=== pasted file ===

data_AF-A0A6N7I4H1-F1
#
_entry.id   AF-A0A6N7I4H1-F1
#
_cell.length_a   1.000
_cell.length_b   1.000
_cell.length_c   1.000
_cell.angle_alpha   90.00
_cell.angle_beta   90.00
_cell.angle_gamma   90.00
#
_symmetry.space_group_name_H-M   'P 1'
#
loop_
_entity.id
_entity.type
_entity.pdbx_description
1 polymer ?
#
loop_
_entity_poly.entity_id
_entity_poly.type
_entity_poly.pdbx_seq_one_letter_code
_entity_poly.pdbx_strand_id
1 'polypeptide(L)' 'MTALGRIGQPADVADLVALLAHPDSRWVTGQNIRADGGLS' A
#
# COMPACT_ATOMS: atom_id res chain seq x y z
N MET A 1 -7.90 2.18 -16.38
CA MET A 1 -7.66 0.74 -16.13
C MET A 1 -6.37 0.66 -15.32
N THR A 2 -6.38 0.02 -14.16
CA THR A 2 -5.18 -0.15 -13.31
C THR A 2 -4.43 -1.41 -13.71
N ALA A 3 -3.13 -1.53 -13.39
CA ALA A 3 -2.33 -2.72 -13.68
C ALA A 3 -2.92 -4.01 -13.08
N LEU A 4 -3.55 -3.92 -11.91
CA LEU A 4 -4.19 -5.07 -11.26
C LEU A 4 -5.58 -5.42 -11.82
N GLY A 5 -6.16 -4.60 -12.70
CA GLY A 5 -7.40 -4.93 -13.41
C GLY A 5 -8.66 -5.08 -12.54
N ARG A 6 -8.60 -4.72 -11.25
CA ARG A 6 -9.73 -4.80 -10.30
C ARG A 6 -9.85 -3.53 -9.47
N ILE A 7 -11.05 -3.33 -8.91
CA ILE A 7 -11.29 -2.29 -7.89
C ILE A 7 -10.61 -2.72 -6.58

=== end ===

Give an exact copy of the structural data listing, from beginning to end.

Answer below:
data_AF-A0A6N7I4H1-F1
#
_entry.id   AF-A0A6N7I4H1-F1
#
_cell.length_a   1.000
_cell.length_b   1.000
_cell.length_c   1.000
_cell.angle_alpha   90.00
_cell.angle_beta   90.00
_cell.angle_gamma   90.00
#
_symmetry.space_group_name_H-M   'P 1'
#
loop_
_entity.id
_entity.type
_entity.pdbx_description
1 polymer ?
#
loop_
_entity_poly.entity_id
_entity_poly.type
_entity_poly.pdbx_seq_one_letter_code
_entity_poly.pdbx_strand_id
1 'polypeptide(L)' 'MTALGRIGQPADVADLVALLAHPDSRWVTGQNIRADGGLS' A
#
# COMPACT_ATOMS: atom_id res chain seq x y z
N MET A 1 -7.90 2.18 -16.38
CA MET A 1 -7.66 0.74 -16.13
C MET A 1 -6.37 0.66 -15.32
N THR A 2 -6.38 0.02 -14.16
CA THR A 2 -5.18 -0.15 -13.31
C THR A 2 -4.43 -1.41 -13.71
N ALA A 3 -3.13 -1.53 -13.39
CA ALA A 3 -2.33 -2.72 -13.68
C ALA A 3 -2.92 -4.01 -13.08
N LEU A 4 -3.55 -3.92 -11.91
CA LEU A 4 -4.19 -5.07 -11.26
C LEU A 4 -5.58 -5.42 -11.82
N GLY A 5 -6.16 -4.60 -12.70
CA GLY A 5 -7.40 -4.93 -13.41
C GLY A 5 -8.66 -5.08 -12.54
N ARG A 6 -8.60 -4.72 -11.25
CA ARG A 6 -9.73 -4.80 -10.30
C ARG A 6 -9.85 -3.53 -9.47
N ILE A 7 -11.05 -3.33 -8.91
CA ILE A 7 -11.29 -2.29 -7.89
C ILE A 7 -10.61 -2.72 -6.58